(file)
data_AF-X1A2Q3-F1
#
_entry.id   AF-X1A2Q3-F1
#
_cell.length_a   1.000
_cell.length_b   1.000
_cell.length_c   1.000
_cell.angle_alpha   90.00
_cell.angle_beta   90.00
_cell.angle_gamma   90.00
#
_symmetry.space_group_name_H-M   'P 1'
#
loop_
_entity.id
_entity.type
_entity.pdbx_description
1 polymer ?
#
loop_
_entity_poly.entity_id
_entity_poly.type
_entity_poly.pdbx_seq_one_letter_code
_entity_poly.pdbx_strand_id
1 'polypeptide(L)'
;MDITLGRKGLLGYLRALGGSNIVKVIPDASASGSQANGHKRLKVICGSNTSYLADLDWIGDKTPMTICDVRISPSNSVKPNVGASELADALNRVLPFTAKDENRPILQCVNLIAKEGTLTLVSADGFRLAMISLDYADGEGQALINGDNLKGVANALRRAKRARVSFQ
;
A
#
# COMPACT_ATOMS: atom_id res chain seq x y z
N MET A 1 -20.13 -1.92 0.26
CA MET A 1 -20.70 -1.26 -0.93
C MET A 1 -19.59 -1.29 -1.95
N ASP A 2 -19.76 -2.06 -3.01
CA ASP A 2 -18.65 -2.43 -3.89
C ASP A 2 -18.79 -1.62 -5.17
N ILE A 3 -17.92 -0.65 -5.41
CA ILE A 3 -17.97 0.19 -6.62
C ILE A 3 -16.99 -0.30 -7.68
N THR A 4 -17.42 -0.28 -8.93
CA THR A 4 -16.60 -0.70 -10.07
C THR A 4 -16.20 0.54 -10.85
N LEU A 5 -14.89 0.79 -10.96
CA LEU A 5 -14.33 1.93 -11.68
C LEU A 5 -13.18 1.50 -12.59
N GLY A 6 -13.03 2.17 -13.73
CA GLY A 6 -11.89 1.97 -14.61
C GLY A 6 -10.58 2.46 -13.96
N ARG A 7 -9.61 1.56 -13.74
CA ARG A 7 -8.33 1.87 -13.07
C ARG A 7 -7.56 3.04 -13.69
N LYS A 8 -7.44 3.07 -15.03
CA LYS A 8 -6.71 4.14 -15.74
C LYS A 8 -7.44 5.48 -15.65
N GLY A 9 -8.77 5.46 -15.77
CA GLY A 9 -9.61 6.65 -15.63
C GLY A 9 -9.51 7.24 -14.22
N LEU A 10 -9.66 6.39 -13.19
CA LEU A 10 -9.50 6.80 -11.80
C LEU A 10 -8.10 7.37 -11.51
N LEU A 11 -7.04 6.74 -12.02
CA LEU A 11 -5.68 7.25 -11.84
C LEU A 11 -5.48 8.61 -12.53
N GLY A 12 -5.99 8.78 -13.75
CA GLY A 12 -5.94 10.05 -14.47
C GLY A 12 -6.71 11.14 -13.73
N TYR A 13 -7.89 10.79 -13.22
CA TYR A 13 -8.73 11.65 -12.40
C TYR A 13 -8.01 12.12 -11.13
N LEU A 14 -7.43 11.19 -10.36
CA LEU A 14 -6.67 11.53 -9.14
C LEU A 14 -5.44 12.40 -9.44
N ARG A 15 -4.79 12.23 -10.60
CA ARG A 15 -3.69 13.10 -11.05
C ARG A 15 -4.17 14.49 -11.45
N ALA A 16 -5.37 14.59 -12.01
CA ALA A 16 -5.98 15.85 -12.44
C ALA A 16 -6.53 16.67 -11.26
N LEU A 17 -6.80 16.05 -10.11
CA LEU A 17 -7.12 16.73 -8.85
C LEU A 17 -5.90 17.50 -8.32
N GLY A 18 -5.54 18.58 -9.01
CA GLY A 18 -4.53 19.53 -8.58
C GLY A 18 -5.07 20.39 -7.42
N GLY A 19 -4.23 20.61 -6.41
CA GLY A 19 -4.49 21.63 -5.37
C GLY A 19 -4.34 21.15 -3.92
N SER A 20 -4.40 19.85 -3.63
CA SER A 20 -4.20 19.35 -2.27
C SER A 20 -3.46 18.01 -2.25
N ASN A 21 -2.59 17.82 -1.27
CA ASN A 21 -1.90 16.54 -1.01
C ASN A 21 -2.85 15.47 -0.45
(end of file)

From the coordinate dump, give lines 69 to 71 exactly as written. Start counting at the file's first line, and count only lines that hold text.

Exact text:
C TYR A 13 -8.01 12.12 -11.13
N LEU A 14 -7.43 11.19 -10.36
CA LEU A 14 -6.67 11.53 -9.14